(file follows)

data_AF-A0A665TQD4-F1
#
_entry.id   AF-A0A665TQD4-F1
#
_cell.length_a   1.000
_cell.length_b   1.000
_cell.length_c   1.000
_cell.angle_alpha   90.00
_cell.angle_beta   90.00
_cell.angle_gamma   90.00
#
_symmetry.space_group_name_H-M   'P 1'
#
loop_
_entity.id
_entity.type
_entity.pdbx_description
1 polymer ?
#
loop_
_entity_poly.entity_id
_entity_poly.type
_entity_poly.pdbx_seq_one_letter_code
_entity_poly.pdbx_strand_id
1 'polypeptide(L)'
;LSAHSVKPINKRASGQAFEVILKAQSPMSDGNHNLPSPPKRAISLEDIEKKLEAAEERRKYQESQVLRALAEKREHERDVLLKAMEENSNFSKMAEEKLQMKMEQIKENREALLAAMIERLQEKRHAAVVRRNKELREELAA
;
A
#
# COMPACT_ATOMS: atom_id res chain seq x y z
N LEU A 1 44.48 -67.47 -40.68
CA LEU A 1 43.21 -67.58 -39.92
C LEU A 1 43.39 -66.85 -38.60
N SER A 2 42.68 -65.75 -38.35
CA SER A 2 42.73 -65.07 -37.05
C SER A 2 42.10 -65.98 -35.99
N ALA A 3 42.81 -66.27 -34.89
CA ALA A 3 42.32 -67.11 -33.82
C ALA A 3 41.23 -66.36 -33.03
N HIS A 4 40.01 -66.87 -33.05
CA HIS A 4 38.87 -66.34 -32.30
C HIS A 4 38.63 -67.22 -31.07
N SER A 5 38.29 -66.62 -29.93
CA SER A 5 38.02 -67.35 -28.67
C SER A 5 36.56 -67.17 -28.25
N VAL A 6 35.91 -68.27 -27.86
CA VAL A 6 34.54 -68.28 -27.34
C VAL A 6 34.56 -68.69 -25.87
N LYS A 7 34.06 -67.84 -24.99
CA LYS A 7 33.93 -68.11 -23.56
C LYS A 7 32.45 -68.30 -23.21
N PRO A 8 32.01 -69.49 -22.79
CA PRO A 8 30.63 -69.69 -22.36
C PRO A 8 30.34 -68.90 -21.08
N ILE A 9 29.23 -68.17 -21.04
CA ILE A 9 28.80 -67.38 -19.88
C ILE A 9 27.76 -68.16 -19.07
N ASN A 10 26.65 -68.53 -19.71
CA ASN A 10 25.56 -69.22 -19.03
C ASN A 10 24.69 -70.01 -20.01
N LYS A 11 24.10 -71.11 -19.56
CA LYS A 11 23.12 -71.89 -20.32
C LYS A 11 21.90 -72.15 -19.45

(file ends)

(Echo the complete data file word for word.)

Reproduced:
data_AF-A0A665TQD4-F1
#
_entry.id   AF-A0A665TQD4-F1
#
_cell.length_a   1.000
_cell.length_b   1.000
_cell.length_c   1.000
_cell.angle_alpha   90.00
_cell.angle_beta   90.00
_cell.angle_gamma   90.00
#
_symmetry.space_group_name_H-M   'P 1'
#
loop_
_entity.id
_entity.type
_entity.pdbx_description
1 polymer ?
#
loop_
_entity_poly.entity_id
_entity_poly.type
_entity_poly.pdbx_seq_one_letter_code
_entity_poly.pdbx_strand_id
1 'polypeptide(L)'
;LSAHSVKPINKRASGQAFEVILKAQSPMSDGNHNLPSPPKRAISLEDIEKKLEAAEERRKYQESQVLRALAEKREHERDVLLKAMEENSNFSKMAEEKLQMKMEQIKENREALLAAMIERLQEKRHAAVVRRNKELREELAA
;
A
#
# COMPACT_ATOMS: atom_id res chain seq x y z
N LEU A 1 44.48 -67.47 -40.68
CA LEU A 1 43.21 -67.58 -39.92
C LEU A 1 43.39 -66.85 -38.60
N SER A 2 42.68 -65.75 -38.35
CA SER A 2 42.73 -65.07 -37.05
C SER A 2 42.10 -65.98 -35.99
N ALA A 3 42.81 -66.27 -34.89
CA ALA A 3 42.32 -67.11 -33.82
C ALA A 3 41.23 -66.36 -33.03
N HIS A 4 40.01 -66.87 -33.05
CA HIS A 4 38.87 -66.34 -32.30
C HIS A 4 38.63 -67.22 -31.07
N SER A 5 38.29 -66.62 -29.93
CA SER A 5 38.02 -67.35 -28.67
C SER A 5 36.56 -67.17 -28.25
N VAL A 6 35.91 -68.27 -27.86
CA VAL A 6 34.54 -68.28 -27.34
C VAL A 6 34.56 -68.69 -25.87
N LYS A 7 34.06 -67.84 -24.99
CA LYS A 7 33.93 -68.11 -23.56
C LYS A 7 32.45 -68.30 -23.21
N PRO A 8 32.01 -69.49 -22.79
CA PRO A 8 30.63 -69.69 -22.36
C PRO A 8 30.34 -68.90 -21.08
N ILE A 9 29.23 -68.17 -21.04
CA ILE A 9 28.80 -67.38 -19.88
C ILE A 9 27.76 -68.16 -19.07
N ASN A 10 26.65 -68.53 -19.71
CA ASN A 10 25.56 -69.22 -19.03
C ASN A 10 24.69 -70.01 -20.01
N LYS A 11 24.10 -71.11 -19.56
CA LYS A 11 23.12 -71.89 -20.32
C LYS A 11 21.90 -72.15 -19.45